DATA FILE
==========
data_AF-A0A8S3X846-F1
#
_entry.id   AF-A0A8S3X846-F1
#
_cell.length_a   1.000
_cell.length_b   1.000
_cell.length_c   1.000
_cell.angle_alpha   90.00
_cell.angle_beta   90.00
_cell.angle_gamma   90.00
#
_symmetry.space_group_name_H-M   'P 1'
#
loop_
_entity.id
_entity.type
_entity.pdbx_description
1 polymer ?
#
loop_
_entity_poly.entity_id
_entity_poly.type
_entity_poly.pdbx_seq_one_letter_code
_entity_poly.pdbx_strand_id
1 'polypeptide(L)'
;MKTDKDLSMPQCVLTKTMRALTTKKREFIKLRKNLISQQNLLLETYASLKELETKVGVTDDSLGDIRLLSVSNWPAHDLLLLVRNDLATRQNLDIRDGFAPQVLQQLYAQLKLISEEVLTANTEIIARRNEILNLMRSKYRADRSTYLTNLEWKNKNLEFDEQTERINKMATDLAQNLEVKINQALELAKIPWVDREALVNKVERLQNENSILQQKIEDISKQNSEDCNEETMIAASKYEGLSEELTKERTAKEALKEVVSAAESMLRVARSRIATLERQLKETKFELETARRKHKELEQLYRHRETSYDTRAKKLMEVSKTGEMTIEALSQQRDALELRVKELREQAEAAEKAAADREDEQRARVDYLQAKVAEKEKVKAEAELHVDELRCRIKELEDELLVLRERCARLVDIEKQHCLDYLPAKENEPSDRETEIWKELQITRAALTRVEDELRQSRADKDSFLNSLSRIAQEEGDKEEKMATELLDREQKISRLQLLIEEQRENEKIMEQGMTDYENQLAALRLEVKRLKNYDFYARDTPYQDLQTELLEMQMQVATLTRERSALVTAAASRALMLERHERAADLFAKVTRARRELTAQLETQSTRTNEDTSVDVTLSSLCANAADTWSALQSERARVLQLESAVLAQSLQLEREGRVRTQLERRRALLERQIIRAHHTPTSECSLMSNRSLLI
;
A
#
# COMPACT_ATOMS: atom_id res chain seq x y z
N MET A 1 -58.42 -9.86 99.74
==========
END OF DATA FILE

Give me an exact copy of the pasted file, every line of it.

data_AF-A0A8S3X846-F1
#
_entry.id   AF-A0A8S3X846-F1
#
_cell.length_a   1.000
_cell.length_b   1.000
_cell.length_c   1.000
_cell.angle_alpha   90.00
_cell.angle_beta   90.00
_cell.angle_gamma   90.00
#
_symmetry.space_group_name_H-M   'P 1'
#
loop_
_entity.id
_entity.type
_entity.pdbx_description
1 polymer ?
#
loop_
_entity_poly.entity_id
_entity_poly.type
_entity_poly.pdbx_seq_one_letter_code
_entity_poly.pdbx_strand_id
1 'polypeptide(L)'
;MKTDKDLSMPQCVLTKTMRALTTKKREFIKLRKNLISQQNLLLETYASLKELETKVGVTDDSLGDIRLLSVSNWPAHDLLLLVRNDLATRQNLDIRDGFAPQVLQQLYAQLKLISEEVLTANTEIIARRNEILNLMRSKYRADRSTYLTNLEWKNKNLEFDEQTERINKMATDLAQNLEVKINQALELAKIPWVDREALVNKVERLQNENSILQQKIEDISKQNSEDCNEETMIAASKYEGLSEELTKERTAKEALKEVVSAAESMLRVARSRIATLERQLKETKFELETARRKHKELEQLYRHRETSYDTRAKKLMEVSKTGEMTIEALSQQRDALELRVKELREQAEAAEKAAADREDEQRARVDYLQAKVAEKEKVKAEAELHVDELRCRIKELEDELLVLRERCARLVDIEKQHCLDYLPAKENEPSDRETEIWKELQITRAALTRVEDELRQSRADKDSFLNSLSRIAQEEGDKEEKMATELLDREQKISRLQLLIEEQRENEKIMEQGMTDYENQLAALRLEVKRLKNYDFYARDTPYQDLQTELLEMQMQVATLTRERSALVTAAASRALMLERHERAADLFAKVTRARRELTAQLETQSTRTNEDTSVDVTLSSLCANAADTWSALQSERARVLQLESAVLAQSLQLEREGRVRTQLERRRALLERQIIRAHHTPTSECSLMSNRSLLI
;
A
#
# COMPACT_ATOMS: atom_id res chain seq x y z
N MET A 1 -58.42 -9.86 99.74